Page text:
Environmental concerns are that if the Asian carp establish themselves in the Great Lakes, they will consume food sources of other fish, decimating local species.
"An important finding of this study is that knowledgeable experts identified clear differences in the likely effectiveness of some Asian carp prevention technologies as opposed to others," John Rothlisberger, co-author on the paper and aquatic ecologist with the USDA Forest Service, noted. "Physical separation stands out from the rest as having the least associated uncertainty and the highest probability of preventing the introduction of Asian carp into Lake Michigan."
This study is part of a research award from NOAA National Centers for Coastal Ocean Science (NCCOS) to Lodge, with the University of Notre Dame Environmental Change Initiative with funds provided to the NCCOS Center for Sponsored Coastal Ocean Research by USEPA Great Lakes Restoration Initiative.
Resources for the Future is an independent and nonpartisan institution devoted to research and publishing about critical issues in environmental and natural resource policy.
The U.S. Forest Service is dedicated to the conservation of natural resources, including water, fish, and wildlife, for the benefit of the American people; the creation of jobs that sustain communities; and the restoration and enhancement of natural landscapes.
Environmental Science & Technology is one of the world's top sources of information for professionals in a wide range of environmental disciplines. Environmental Science & Technology publishes research articles, policy analyses, critical reviews, correspondences and corrections and is ranked number one in total citations in the Environmental Engineering and Environmental Sciences categories as reported by the 2012 Journal Citation Reports® (Thomson Reuters, 2013).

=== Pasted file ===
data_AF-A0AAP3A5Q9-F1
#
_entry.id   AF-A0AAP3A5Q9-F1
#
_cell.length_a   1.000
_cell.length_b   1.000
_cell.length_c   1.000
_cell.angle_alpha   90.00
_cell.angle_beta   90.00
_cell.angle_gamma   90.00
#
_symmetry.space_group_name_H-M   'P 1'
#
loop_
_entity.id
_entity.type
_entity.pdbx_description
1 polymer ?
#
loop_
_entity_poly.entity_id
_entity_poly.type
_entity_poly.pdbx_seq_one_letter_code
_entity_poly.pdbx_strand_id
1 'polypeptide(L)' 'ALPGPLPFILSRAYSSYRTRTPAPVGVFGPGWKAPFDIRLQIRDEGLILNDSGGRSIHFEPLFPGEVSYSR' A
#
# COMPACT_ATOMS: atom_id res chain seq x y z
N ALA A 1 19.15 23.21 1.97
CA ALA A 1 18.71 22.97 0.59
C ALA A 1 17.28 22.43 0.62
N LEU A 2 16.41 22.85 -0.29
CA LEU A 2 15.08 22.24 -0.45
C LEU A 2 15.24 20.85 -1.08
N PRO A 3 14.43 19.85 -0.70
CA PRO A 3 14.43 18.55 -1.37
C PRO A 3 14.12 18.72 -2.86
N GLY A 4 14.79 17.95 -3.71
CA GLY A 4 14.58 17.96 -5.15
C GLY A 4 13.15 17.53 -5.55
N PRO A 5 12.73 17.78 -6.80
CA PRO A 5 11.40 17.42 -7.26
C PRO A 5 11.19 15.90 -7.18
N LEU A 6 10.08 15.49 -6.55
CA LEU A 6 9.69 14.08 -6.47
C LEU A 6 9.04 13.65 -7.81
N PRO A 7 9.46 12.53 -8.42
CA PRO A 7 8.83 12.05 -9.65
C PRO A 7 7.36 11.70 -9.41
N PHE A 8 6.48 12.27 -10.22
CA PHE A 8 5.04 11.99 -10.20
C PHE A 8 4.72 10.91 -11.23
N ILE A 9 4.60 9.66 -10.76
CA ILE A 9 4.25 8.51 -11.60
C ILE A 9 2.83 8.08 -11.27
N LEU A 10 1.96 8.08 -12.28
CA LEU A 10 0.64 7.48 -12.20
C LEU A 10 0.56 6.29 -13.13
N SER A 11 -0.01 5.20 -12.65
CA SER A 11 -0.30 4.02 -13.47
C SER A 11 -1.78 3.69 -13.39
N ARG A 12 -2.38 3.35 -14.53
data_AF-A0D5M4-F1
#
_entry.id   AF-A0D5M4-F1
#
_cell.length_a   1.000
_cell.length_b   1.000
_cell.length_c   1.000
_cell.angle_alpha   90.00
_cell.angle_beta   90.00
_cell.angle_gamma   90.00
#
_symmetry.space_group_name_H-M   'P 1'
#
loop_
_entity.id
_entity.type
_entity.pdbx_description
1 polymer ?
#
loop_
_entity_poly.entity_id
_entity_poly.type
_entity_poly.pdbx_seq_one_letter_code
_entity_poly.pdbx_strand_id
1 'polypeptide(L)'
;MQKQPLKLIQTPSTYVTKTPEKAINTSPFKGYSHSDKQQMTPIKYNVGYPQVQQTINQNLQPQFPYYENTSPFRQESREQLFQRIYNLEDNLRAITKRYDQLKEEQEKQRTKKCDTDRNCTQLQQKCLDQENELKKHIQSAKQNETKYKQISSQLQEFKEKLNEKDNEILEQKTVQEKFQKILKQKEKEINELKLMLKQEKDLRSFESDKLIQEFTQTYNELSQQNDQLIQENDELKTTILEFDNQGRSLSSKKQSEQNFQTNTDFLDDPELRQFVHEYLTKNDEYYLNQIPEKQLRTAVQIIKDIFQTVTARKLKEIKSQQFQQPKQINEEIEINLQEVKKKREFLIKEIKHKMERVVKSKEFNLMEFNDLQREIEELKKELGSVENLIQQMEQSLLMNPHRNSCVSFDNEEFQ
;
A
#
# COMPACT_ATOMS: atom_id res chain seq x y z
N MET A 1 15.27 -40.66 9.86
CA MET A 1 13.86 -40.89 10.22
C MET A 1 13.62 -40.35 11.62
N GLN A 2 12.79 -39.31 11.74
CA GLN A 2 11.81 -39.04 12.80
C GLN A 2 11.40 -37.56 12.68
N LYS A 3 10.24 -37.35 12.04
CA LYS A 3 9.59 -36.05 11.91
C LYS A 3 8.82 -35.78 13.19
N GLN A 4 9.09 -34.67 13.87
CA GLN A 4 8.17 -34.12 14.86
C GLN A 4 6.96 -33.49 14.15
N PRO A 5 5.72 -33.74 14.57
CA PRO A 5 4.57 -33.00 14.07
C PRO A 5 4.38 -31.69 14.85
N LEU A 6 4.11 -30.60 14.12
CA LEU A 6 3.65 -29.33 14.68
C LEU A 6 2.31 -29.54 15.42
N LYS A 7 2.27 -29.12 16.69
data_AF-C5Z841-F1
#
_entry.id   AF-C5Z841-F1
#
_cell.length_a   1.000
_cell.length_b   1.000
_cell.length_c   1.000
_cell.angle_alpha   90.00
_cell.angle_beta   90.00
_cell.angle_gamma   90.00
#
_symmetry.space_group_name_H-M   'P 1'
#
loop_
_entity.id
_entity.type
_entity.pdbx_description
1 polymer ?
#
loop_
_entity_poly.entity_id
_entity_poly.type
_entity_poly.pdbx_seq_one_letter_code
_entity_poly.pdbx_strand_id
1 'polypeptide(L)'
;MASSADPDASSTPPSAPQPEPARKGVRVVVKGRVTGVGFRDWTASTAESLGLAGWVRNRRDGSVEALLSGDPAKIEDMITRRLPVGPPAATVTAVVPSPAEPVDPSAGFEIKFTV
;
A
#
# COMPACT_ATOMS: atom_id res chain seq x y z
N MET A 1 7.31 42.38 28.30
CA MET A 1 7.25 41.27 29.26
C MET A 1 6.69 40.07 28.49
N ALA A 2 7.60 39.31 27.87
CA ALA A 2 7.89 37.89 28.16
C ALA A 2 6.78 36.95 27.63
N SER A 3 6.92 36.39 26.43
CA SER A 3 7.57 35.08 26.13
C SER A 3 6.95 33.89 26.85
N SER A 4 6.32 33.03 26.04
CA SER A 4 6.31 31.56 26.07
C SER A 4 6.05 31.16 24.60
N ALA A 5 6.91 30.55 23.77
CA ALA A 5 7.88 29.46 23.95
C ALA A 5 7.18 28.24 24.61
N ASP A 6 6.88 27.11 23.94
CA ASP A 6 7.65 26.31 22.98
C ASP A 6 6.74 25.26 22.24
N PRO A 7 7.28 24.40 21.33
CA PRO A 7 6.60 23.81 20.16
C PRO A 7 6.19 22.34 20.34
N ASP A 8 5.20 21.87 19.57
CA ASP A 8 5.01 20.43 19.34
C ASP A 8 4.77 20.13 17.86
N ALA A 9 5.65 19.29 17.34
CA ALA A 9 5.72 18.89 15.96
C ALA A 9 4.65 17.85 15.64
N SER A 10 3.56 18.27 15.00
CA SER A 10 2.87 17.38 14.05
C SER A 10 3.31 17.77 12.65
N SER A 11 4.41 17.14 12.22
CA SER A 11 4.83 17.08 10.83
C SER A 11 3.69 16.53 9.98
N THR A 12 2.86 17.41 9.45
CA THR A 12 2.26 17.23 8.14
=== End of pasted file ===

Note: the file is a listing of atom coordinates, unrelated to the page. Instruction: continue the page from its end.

Marion Wittmann | EurekAlert!
Innovative genetic tests for children with developmental disorders and epilepsy
11.07.2018 | Christian-Albrechts-Universität zu Kiel
Oxygen loss in the coastal Baltic Sea is “unprecedentedly severe”
05.07.2018 | European Geosciences Union
For the first time ever, scientists have determined the cosmic origin of highest-energy neutrinos. A research group led by IceCube scientist Elisa Resconi, spokesperson of the Collaborative Research Center SFB1258 at the Technical University of Munich (TUM), provides an important piece of evidence that the particles detected by the IceCube neutrino telescope at the South Pole originate from a galaxy four billion light-years away from Earth.